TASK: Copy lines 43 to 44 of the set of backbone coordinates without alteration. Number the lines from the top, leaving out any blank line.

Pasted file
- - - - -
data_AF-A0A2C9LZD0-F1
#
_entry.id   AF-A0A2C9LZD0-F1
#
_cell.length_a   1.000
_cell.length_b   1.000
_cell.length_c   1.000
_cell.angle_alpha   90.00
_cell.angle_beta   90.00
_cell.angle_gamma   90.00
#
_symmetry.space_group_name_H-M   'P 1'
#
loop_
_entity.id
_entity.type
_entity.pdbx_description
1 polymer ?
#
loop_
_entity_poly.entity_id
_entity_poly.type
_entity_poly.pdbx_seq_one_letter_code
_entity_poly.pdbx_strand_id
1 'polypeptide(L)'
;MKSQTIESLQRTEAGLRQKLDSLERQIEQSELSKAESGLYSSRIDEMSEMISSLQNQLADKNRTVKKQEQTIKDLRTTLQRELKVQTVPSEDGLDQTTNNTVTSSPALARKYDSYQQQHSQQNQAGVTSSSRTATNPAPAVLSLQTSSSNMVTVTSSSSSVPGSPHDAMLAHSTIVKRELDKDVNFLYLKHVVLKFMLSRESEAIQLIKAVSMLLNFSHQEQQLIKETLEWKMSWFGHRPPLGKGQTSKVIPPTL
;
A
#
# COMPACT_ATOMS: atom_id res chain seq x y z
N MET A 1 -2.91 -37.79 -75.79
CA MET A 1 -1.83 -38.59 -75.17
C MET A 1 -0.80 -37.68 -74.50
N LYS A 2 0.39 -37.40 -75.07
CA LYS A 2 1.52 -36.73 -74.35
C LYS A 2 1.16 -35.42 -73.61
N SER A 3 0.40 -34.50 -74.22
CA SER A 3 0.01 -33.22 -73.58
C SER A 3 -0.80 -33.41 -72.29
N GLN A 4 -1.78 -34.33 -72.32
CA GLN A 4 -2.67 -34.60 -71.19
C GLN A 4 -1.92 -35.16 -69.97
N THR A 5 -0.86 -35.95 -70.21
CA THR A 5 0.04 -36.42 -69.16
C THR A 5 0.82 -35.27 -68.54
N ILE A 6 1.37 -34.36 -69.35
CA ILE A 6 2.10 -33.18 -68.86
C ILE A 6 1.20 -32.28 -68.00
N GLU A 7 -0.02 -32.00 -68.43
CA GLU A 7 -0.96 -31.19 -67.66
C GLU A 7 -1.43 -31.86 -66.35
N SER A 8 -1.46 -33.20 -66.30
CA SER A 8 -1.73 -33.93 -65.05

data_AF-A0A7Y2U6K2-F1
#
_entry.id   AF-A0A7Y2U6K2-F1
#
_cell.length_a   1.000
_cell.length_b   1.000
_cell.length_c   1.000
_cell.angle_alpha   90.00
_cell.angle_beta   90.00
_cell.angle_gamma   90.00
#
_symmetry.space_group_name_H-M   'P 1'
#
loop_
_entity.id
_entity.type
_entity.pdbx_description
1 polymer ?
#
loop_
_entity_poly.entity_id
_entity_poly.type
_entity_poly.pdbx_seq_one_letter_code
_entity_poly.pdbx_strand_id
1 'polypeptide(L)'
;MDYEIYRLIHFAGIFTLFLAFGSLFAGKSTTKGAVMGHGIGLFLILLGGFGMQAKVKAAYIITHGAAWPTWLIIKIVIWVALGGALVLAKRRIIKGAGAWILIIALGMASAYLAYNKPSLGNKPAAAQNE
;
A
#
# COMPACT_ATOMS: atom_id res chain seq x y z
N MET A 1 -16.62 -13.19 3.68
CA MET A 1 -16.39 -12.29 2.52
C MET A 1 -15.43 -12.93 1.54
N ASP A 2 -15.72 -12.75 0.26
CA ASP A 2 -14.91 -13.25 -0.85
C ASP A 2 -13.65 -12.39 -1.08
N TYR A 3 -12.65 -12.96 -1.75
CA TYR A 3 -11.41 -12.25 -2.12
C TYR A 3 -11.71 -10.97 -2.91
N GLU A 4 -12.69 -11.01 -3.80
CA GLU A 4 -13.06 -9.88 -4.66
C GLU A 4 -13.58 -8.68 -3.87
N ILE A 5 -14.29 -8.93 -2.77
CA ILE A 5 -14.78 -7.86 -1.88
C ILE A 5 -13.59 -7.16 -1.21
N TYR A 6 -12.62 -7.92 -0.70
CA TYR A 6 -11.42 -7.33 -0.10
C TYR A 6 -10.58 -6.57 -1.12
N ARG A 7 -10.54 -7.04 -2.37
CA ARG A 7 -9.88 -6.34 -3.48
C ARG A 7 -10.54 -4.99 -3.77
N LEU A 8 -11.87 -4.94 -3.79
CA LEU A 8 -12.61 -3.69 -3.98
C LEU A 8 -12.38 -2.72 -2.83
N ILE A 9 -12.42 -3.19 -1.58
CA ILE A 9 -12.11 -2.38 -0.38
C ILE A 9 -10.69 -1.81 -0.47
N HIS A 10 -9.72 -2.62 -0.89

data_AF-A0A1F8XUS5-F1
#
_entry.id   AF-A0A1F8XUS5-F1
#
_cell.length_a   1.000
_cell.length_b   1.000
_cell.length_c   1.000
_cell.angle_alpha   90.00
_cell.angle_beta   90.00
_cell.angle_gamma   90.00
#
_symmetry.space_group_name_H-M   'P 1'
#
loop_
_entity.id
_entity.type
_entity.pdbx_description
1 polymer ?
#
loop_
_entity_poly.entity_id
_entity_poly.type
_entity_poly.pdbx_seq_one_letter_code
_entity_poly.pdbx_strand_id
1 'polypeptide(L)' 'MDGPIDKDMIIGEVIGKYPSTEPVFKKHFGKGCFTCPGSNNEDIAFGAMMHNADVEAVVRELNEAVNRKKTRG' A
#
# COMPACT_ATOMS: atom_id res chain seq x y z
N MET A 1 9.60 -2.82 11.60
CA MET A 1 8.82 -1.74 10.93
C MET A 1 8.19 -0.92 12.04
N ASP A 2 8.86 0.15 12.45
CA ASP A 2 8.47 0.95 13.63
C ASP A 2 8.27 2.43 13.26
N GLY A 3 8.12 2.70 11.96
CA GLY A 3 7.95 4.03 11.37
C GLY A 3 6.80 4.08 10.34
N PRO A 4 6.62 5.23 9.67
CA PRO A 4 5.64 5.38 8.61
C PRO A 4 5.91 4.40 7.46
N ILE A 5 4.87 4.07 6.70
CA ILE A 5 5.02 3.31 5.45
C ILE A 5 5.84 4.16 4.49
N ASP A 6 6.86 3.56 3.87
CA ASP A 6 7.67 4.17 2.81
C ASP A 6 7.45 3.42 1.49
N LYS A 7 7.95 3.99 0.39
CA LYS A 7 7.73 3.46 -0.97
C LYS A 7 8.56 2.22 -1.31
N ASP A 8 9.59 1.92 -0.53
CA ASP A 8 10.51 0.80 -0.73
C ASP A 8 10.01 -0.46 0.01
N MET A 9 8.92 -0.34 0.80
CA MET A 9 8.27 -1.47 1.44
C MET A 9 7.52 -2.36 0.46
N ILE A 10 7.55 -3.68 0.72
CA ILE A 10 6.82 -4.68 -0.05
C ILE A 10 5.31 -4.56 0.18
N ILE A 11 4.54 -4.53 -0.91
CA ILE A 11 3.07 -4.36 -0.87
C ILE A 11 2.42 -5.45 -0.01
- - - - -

N THR A 5 -0.86 -35.95 -70.21
CA THR A 5 0.04 -36.42 -69.16